I have been making a small study out of the 1930's and 1940's men's slacks. I wanted to make them, and so I needed to spend time in books, on internet and inside my head to figure out just the right design. What did they wear?
Men's fashion went through a bit of a transformation after the first world war. Life changed, and so fashion changed. The men's pants grew in width. And as always, young people lead the way. The widest pants were the Oxford Bags, worn by Oxford students when they wanted to hide their knickers, since they were forbidden from 1925 onwards. They were mostly worn by the undergraduates.
Another novelty was the introduction of the zipper in the trouser fly. The prince of Wales was the first to wear it, and it soon became very popular.
Overall, the male figure was supposed to be masculine and sportive: narrow waisted and broad shouldered. The pants were high waisted, 2 or 3 inches above the navel, and tapered. The jackets grew wider at the top, shoulders were padded and the lapels of suit jackets were wide across the chest. This was called the English drape suit, or lounge style. This became very popular in the United States, as this add shows:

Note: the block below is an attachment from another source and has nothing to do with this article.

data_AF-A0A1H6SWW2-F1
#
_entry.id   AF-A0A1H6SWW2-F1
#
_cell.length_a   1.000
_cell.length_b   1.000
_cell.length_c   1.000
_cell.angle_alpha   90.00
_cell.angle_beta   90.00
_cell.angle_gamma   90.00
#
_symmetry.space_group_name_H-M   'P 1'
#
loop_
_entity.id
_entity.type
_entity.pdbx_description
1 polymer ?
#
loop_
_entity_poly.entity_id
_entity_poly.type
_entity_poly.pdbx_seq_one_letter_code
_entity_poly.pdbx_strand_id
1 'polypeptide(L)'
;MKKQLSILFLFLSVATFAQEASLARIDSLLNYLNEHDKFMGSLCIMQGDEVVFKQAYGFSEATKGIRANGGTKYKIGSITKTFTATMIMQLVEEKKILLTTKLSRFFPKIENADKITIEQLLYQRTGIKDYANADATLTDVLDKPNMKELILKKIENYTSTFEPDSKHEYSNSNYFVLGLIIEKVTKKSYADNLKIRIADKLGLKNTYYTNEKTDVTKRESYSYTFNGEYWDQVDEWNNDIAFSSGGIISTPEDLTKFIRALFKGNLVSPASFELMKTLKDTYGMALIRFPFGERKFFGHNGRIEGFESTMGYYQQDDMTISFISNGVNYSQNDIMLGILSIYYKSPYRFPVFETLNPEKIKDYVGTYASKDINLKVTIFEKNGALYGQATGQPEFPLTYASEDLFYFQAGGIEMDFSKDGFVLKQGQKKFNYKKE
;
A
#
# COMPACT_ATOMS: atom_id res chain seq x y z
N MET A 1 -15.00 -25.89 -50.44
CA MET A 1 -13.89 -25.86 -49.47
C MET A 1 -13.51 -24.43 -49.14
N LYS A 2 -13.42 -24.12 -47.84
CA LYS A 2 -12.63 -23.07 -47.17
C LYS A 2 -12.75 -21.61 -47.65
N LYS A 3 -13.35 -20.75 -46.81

A small detail I discovered while making the pants, concerns the pleats in the front. Modern pleated trousers have the pleat folded to the outside. Some vintage patterns I own clearly indicate the pleats should fold inwards. And yes, looking at drawings and pictures, both were used. I chose to fold them inwards to create a more convex shape.
And this is what they look like. My model was clearly in a hurry, but oké, a musician isn't necessarily a gentleman.
The Oxford Bag had a revival in the eighties, so obviously, this song comes to mind: